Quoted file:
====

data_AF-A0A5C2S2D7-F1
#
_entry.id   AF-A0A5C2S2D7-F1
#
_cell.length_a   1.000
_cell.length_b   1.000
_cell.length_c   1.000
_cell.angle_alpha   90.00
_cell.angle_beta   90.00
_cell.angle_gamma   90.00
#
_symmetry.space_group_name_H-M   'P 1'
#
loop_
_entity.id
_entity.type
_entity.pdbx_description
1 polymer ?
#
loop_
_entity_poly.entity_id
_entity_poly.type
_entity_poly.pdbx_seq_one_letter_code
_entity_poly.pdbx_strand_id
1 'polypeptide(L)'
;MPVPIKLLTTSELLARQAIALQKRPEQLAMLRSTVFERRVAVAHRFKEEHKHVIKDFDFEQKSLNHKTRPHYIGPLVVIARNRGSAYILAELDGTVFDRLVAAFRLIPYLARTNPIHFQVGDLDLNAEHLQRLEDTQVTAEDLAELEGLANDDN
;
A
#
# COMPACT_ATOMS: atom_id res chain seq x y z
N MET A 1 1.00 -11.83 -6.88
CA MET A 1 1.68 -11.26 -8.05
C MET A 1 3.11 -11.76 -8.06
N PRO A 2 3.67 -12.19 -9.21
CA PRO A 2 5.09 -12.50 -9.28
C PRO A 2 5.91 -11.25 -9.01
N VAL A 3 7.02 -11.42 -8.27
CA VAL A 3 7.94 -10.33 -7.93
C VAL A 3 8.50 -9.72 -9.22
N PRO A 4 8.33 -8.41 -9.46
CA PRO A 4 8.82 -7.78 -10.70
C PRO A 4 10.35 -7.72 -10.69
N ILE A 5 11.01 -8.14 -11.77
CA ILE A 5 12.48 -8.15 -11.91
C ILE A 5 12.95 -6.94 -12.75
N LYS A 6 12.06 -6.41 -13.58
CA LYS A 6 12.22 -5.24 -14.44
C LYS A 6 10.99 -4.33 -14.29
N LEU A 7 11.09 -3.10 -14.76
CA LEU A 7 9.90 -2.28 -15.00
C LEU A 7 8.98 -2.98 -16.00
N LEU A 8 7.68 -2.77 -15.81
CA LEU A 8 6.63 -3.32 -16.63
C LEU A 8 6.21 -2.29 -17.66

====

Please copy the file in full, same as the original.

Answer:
data_AF-A0A5C2S2D7-F1
#
_entry.id   AF-A0A5C2S2D7-F1
#
_cell.length_a   1.000
_cell.length_b   1.000
_cell.length_c   1.000
_cell.angle_alpha   90.00
_cell.angle_beta   90.00
_cell.angle_gamma   90.00
#
_symmetry.space_group_name_H-M   'P 1'
#
loop_
_entity.id
_entity.type
_entity.pdbx_description
1 polymer ?
#
loop_
_entity_poly.entity_id
_entity_poly.type
_entity_poly.pdbx_seq_one_letter_code
_entity_poly.pdbx_strand_id
1 'polypeptide(L)'
;MPVPIKLLTTSELLARQAIALQKRPEQLAMLRSTVFERRVAVAHRFKEEHKHVIKDFDFEQKSLNHKTRPHYIGPLVVIARNRGSAYILAELDGTVFDRLVAAFRLIPYLARTNPIHFQVGDLDLNAEHLQRLEDTQVTAEDLAELEGLANDDN
;
A
#
# COMPACT_ATOMS: atom_id res chain seq x y z
N MET A 1 1.00 -11.83 -6.88
CA MET A 1 1.68 -11.26 -8.05
C MET A 1 3.11 -11.76 -8.06
N PRO A 2 3.67 -12.19 -9.21
CA PRO A 2 5.09 -12.50 -9.28
C PRO A 2 5.91 -11.25 -9.01
N VAL A 3 7.02 -11.42 -8.27
CA VAL A 3 7.94 -10.33 -7.93
C VAL A 3 8.50 -9.72 -9.22
N PRO A 4 8.33 -8.41 -9.46
CA PRO A 4 8.82 -7.78 -10.70
C PRO A 4 10.35 -7.72 -10.69
N ILE A 5 11.01 -8.14 -11.77
CA ILE A 5 12.48 -8.15 -11.91
C ILE A 5 12.95 -6.94 -12.75
N LYS A 6 12.06 -6.41 -13.58
CA LYS A 6 12.22 -5.24 -14.44
C LYS A 6 10.99 -4.33 -14.29
N LEU A 7 11.09 -3.10 -14.76
CA LEU A 7 9.90 -2.28 -15.00
C LEU A 7 8.98 -2.98 -16.00
N LEU A 8 7.68 -2.77 -15.81
CA LEU A 8 6.63 -3.32 -16.63
C LEU A 8 6.21 -2.29 -17.66